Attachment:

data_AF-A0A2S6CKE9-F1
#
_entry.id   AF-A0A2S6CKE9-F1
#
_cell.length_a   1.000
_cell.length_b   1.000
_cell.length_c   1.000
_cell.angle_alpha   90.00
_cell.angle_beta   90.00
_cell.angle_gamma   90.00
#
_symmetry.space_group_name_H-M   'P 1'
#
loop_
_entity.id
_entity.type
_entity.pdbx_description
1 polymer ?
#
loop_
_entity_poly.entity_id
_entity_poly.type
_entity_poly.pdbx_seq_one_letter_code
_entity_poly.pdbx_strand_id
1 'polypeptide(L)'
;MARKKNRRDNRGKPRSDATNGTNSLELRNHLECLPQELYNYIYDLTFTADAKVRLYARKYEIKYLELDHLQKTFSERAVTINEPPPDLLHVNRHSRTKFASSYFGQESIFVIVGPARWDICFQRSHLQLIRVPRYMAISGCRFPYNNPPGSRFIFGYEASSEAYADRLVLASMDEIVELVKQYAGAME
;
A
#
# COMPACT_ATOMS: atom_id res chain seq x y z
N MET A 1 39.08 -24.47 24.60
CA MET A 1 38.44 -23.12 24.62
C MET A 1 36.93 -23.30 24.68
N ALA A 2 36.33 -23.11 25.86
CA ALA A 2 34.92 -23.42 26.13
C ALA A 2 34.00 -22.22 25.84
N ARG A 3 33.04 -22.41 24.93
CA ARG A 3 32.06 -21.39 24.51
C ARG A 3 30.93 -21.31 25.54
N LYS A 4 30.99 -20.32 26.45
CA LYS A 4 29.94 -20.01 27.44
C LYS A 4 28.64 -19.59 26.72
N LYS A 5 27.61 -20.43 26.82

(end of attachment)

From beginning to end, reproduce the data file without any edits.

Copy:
data_AF-A0A2S6CKE9-F1
#
_entry.id   AF-A0A2S6CKE9-F1
#
_cell.length_a   1.000
_cell.length_b   1.000
_cell.length_c   1.000
_cell.angle_alpha   90.00
_cell.angle_beta   90.00
_cell.angle_gamma   90.00
#
_symmetry.space_group_name_H-M   'P 1'
#
loop_
_entity.id
_entity.type
_entity.pdbx_description
1 polymer ?
#
loop_
_entity_poly.entity_id
_entity_poly.type
_entity_poly.pdbx_seq_one_letter_code
_entity_poly.pdbx_strand_id
1 'polypeptide(L)'
;MARKKNRRDNRGKPRSDATNGTNSLELRNHLECLPQELYNYIYDLTFTADAKVRLYARKYEIKYLELDHLQKTFSERAVTINEPPPDLLHVNRHSRTKFASSYFGQESIFVIVGPARWDICFQRSHLQLIRVPRYMAISGCRFPYNNPPGSRFIFGYEASSEAYADRLVLASMDEIVELVKQYAGAME
;
A
#
# COMPACT_ATOMS: atom_id res chain seq x y z
N MET A 1 39.08 -24.47 24.60
CA MET A 1 38.44 -23.12 24.62
C MET A 1 36.93 -23.30 24.68
N ALA A 2 36.33 -23.11 25.86
CA ALA A 2 34.92 -23.42 26.13
C ALA A 2 34.00 -22.22 25.84
N ARG A 3 33.04 -22.41 24.93
CA ARG A 3 32.06 -21.39 24.51
C ARG A 3 30.93 -21.31 25.54
N LYS A 4 30.99 -20.32 26.45
CA LYS A 4 29.94 -20.01 27.44
C LYS A 4 28.64 -19.59 26.72
N LYS A 5 27.61 -20.43 26.82